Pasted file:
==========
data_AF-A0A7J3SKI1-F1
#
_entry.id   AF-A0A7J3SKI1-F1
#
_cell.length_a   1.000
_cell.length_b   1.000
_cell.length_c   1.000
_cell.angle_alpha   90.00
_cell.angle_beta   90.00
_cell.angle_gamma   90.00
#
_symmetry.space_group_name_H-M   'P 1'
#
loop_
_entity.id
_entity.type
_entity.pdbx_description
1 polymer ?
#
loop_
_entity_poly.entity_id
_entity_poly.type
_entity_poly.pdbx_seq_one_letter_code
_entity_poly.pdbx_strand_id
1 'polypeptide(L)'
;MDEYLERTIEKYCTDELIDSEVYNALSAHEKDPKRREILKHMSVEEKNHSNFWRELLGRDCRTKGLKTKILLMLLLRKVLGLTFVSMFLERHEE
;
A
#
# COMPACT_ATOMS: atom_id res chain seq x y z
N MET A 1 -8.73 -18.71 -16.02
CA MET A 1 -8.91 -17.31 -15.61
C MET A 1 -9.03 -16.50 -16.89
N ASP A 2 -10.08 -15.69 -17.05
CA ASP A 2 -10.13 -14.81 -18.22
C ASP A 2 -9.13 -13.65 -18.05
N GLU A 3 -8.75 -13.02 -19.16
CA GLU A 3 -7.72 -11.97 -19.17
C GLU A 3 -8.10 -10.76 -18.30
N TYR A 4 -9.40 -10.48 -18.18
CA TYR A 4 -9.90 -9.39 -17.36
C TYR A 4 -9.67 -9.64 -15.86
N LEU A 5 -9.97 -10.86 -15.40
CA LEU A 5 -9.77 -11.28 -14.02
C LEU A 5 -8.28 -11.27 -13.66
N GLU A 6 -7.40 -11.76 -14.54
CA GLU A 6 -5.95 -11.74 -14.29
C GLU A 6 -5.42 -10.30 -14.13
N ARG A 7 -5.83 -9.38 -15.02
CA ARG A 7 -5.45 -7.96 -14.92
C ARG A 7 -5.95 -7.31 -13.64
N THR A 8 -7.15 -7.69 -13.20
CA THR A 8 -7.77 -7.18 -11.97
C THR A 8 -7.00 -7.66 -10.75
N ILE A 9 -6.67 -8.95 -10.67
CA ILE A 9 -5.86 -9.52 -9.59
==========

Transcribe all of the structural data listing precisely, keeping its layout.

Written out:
data_AF-A0A7J3SKI1-F1
#
_entry.id   AF-A0A7J3SKI1-F1
#
_cell.length_a   1.000
_cell.length_b   1.000
_cell.length_c   1.000
_cell.angle_alpha   90.00
_cell.angle_beta   90.00
_cell.angle_gamma   90.00
#
_symmetry.space_group_name_H-M   'P 1'
#
loop_
_entity.id
_entity.type
_entity.pdbx_description
1 polymer ?
#
loop_
_entity_poly.entity_id
_entity_poly.type
_entity_poly.pdbx_seq_one_letter_code
_entity_poly.pdbx_strand_id
1 'polypeptide(L)'
;MDEYLERTIEKYCTDELIDSEVYNALSAHEKDPKRREILKHMSVEEKNHSNFWRELLGRDCRTKGLKTKILLMLLLRKVLGLTFVSMFLERHEE
;
A
#
# COMPACT_ATOMS: atom_id res chain seq x y z
N MET A 1 -8.73 -18.71 -16.02
CA MET A 1 -8.91 -17.31 -15.61
C MET A 1 -9.03 -16.50 -16.89
N ASP A 2 -10.08 -15.69 -17.05
CA ASP A 2 -10.13 -14.81 -18.22
C ASP A 2 -9.13 -13.65 -18.05
N GLU A 3 -8.75 -13.02 -19.16
CA GLU A 3 -7.72 -11.97 -19.17
C GLU A 3 -8.10 -10.76 -18.30
N TYR A 4 -9.40 -10.48 -18.18
CA TYR A 4 -9.90 -9.39 -17.36
C TYR A 4 -9.67 -9.64 -15.86
N LEU A 5 -9.97 -10.86 -15.40
CA LEU A 5 -9.77 -11.28 -14.02
C LEU A 5 -8.28 -11.27 -13.66
N GLU A 6 -7.40 -11.76 -14.54
CA GLU A 6 -5.95 -11.74 -14.29
C GLU A 6 -5.42 -10.30 -14.13
N ARG A 7 -5.83 -9.38 -15.02
CA ARG A 7 -5.45 -7.96 -14.92
C ARG A 7 -5.95 -7.31 -13.64
N THR A 8 -7.15 -7.69 -13.20
CA THR A 8 -7.77 -7.18 -11.97
C THR A 8 -7.00 -7.66 -10.75
N ILE A 9 -6.67 -8.95 -10.67
CA ILE A 9 -5.86 -9.52 -9.59